MILAN--Italy's new economy minister says a planned sale of public assets could raise enough money to help bring down the country's huge public debt by 20% in five years, according to newspaper Corriere della Sera Sunday.
In his first interview since being appointed to the job, Vittorio Grilli tells the newspaper that the best way to go about it would be to sell between EUR15 billion and EUR20 billion worth of assets a year, equivalent to 1% of the country's gross domestic product.
"If you consider that we already have a public surplus, before interest payments on the debt, of 5%, and you calculate a nominal growth of 3%, stripping away inflation of 1%, that would lead to reducing it (the debt) by 20% in five years," he is quoted as saying.
But Mr. Grilli, who was sworn in on July 11 after serving as deputy minister, says the government, which is imposing a series of measures to shore up the country's public finances, could have difficulty selling off assets, especially real estate, because their quality is not as good as those sold 20 years ago.
Italy has a public debt of EUR1.95 trillion, equivalent to 123% of its GDP, a source of concern for investors as the country's technocratic government struggles to prevent Italy from falling further victim to the sovereign debt crisis.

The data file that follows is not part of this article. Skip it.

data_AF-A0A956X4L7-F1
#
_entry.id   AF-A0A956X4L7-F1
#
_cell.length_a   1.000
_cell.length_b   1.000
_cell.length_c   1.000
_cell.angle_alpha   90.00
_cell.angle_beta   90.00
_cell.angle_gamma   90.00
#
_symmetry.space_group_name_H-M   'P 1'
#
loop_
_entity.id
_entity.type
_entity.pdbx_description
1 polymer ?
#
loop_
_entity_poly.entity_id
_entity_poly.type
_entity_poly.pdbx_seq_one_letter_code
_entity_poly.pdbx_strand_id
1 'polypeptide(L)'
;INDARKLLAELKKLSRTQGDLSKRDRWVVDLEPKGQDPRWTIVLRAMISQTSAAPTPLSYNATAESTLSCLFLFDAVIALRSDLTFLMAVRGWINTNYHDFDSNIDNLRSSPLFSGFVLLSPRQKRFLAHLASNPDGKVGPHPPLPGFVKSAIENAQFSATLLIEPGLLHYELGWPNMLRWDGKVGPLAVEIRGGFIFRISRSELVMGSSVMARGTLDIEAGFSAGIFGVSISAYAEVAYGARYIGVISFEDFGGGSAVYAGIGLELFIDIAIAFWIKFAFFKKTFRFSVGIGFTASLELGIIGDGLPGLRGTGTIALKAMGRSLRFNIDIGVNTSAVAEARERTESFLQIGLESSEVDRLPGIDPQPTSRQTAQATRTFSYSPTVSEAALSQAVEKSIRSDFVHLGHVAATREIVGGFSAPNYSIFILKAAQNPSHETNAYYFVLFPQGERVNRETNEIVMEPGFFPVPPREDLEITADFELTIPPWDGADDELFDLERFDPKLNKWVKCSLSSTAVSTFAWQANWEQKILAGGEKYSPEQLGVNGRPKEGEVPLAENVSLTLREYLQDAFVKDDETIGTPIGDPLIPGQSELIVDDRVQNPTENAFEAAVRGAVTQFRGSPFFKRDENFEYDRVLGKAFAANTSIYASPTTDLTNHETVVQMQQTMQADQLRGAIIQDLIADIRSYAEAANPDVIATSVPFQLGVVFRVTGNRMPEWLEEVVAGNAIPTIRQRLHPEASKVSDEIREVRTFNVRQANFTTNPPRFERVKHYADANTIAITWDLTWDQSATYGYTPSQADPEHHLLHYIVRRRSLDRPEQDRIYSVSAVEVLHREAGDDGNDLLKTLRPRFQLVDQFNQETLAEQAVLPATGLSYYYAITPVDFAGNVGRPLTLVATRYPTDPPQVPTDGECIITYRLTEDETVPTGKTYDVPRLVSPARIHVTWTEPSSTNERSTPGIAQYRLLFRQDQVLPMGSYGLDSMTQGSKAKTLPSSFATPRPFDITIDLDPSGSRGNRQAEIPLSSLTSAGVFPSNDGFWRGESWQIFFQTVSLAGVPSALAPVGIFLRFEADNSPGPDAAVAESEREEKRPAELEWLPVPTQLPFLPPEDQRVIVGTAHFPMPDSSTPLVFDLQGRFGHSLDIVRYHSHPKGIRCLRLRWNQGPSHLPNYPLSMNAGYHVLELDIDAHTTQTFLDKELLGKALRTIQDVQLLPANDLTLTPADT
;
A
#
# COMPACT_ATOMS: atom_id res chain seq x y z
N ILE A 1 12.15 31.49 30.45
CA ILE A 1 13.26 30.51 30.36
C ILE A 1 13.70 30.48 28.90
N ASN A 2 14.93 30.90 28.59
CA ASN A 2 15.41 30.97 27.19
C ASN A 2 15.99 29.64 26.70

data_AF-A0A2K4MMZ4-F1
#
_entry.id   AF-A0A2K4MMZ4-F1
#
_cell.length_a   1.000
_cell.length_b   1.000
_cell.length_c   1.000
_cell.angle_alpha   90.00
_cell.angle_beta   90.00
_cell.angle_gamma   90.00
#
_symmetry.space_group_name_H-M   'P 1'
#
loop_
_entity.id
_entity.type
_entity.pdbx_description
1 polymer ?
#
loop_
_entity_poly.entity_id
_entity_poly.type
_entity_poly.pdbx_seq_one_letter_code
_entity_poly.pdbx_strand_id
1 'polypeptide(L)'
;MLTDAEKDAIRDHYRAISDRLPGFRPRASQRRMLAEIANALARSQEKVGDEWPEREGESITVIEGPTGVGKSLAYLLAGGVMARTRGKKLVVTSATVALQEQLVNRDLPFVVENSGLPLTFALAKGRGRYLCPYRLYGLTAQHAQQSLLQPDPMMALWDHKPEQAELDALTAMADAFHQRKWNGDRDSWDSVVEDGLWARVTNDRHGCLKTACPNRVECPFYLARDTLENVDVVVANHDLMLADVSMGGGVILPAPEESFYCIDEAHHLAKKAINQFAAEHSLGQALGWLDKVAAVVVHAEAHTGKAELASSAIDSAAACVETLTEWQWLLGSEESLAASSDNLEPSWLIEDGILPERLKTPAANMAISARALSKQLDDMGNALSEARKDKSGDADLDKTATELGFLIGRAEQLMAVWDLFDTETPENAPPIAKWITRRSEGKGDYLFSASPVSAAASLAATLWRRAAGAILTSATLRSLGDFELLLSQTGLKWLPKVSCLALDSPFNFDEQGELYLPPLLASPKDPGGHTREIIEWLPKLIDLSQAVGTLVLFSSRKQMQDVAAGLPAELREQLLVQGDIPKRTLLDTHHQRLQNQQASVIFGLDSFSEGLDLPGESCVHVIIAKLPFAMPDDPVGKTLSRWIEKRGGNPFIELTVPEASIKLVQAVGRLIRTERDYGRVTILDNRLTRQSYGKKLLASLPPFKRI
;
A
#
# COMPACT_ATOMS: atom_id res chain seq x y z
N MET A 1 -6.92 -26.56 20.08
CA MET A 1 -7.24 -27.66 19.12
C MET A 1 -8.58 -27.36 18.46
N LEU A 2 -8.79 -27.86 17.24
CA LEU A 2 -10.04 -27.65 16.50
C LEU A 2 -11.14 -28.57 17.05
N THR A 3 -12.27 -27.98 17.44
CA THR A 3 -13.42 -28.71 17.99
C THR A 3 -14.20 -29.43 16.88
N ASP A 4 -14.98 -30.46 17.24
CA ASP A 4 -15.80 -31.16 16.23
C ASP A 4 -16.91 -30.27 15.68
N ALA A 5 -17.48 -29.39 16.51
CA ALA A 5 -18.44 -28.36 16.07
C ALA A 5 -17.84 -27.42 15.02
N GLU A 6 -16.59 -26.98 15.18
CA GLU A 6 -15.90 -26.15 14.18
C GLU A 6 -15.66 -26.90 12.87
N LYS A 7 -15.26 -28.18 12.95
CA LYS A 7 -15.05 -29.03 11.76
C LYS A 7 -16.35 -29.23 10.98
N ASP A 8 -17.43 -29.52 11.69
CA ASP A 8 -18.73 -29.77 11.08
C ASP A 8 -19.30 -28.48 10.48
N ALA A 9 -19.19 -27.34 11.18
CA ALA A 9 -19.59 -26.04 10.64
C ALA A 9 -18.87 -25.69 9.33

Moody's has downgraded Italy's debt to Baa2 from A3 and given it a negative outlook, saying only a sharp cut to the debt load would trigger an upgrade.
The downgrade raised the ire of Italian business and political leaders Friday. They accused the ratings agency of failing to recognize the efforts of Prime Minister Mario Monti's government to fight tax evasion, cut public spending, and raise taxes.
"A balanced budget is at hand, the structural reforms are underway. No other country has done so much in such a short period of time," says Mr. Grilli.
Italy's rapport with the ratings agencies had become more difficult "if not impossible," he says.
"Before, the relationship was easier," he adds. "Now they tell us (of their decision on a change in a rating) when everything is decided, they don't accept explanations."
Mr. Grilli says foreign investors own about 40% of Italy's public debt, adding that it was "too soon to say" whether they would return to buy more of it.
Although Moody's downgrade prompted the spread between Italian 10-year bonds and the German bund to rise Friday, an auction of EUR5.25 billion worth of three-year bonds by the country's Treasury met ample demand.
Mr. Grilli says he hopes the government won't have to raise a value-added tax all the way to 23%, as has been scheduled for next year.
He also hopes the labor taxes will go down as the government raises more money from the fight against tax evasion, which he expects to bring more than EUR10 billion to public coffers this year.
As for the expected decline in GDP this year, Mr. Grilli sees the contraction at slightly less than 2%--a more optimistic forecast than that made by others including Giorgio Squinzi, the head of industrial lobby group Confindustria, which sees a contraction of more than 2%.
Write to Gilles Castonguay at firstname.lastname@example.org